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September: Trauma Recovery and Support

“No Day Shall Erase You From the Memory of Time”

Originally, the Foundation reserved the month of September for support of organizations that were created in the aftermath of the terror attacks of September 11, 2001. Some facts from the 9/11 Memorial & Museum:

  • The World Trade Center was a 16-acre commercial complex that contained seven buildings, a large plaza and an underground shopping mall that connected six of the buildings. The centerpieces of the complex were the Twin Towers.

  • The Twin Towers were 110 stories each and provided nearly 10 million square feet of office space for about 35,000 people and 430 companies.

  • American Airlines Flight 11 hit the North Tower at 8:45 a.m.; United Airlines Flight 175 hit the South Tower eighteen minutes later.

  • The Pentagon, the world's largest low-rise office building (6,500,000 square feet) houses 26,000 employees and is the headquarters for the Department of Defense, including three military services: Army, Navy and Air Force. On that sunny Tuesday in September, hijacked American Airlines Flight 77 crashed into the first floor west wall at 9:34 a.m.

  • And finally, having learned about the attacks in New York and Washington, the passengers onboard United Airlines Flight 93 worked together to bring their hijacked plane down and it crashed in Shanksville, PA. While it has never been confirmed, the CIA and other agencies believe the Capitol Building was the intended target of Flight 93.

  • 2,996 people lost their lives on 9/11/2001:

    • At the World Trade Center, 2,763 people were lost, including passengers on both flights, 343 firefighters and paramedics, 23 New York City police officers and 37 Port Authority police officers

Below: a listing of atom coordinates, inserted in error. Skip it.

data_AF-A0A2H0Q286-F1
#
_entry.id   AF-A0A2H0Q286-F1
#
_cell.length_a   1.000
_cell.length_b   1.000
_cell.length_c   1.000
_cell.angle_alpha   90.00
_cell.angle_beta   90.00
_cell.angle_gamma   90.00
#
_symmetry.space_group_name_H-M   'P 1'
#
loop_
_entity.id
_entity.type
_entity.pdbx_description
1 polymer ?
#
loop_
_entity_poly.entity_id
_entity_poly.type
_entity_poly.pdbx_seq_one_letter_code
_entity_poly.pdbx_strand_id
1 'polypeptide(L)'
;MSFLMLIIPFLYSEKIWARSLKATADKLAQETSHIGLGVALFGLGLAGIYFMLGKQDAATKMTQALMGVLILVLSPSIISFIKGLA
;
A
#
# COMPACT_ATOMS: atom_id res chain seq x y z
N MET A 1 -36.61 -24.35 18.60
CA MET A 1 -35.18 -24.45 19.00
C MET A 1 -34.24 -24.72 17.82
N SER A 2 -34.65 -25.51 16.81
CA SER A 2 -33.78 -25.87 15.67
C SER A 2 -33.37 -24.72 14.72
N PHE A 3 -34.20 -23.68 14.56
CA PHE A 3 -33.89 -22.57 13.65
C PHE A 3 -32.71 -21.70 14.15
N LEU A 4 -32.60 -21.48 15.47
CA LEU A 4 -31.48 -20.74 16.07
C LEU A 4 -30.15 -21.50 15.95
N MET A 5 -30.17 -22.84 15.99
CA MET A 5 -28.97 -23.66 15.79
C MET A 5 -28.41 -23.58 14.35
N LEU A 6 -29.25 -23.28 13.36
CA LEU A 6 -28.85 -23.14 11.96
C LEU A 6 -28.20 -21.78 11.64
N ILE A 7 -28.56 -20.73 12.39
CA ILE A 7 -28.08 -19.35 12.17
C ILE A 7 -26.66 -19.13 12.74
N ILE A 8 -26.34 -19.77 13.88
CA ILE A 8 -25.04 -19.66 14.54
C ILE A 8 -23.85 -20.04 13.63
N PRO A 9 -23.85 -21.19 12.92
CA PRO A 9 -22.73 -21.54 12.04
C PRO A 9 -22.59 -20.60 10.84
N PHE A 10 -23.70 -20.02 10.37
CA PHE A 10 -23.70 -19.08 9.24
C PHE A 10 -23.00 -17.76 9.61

• At the Pentagon, 189 people were killed, including passengers on Flight 77

    • In Shanksville, Flight 93 killed the 44 people on the flight

On the 3rd of November, 2014, One World Trade Center opened. Called "The Freedom Tower" by many, it was built as a testament to all of the people tragically lost during the terrorist attacks on 9/11/2001. Situated on the spot the World Trade Center inhabited, the Freedom Tower is also meant to show the resilience of the people of New York and the country as a whole. Befitting its status, it is the tallest building in the United States.

As many news outlets covered last month, deaths of FDNY first responders from 9/11-related diseases now equal fatalities in the attacks. In September, EMT Hilda Vannata and retired firefighter Robert Fulco passed away, bringing the total deaths of first responders to 343, the same number who died in the immediate aftermaths of the attacks on WTC, the Pentagon and in Shanksville.

Also sadly, the NY Fire Commissioner said that 11,000 people from NYPD are suffering from WTC-related diseases, including 3,500 with cancer.

There are two organizations the Foundation donated to in September related to the events of 9/11:

  • VOICES Center for Resilience: Originally called “Voices of September 11th”, the organization was informally founded by Mary Fetchet, who lost her 24 year-old son Brad at the WTC, along with Beverly Eckert, who lost her husband Sean. Meeting at a gathering of Connecticut families who had lost loved ones in the attacks, they recognized “the challenges families faced in obtaining accurate information and navigating complicated systems to identify resources and financial support.” Now, 22 years later, the organization is called Voices Center for Resilience, and it has evolved to meet the ongoing needs of the 9/11 community, “developing support services and educational programs”, including advocacy on a wide range of issues relevant to the 9/11 community, long-term mental health support and so much more. Read more HERE.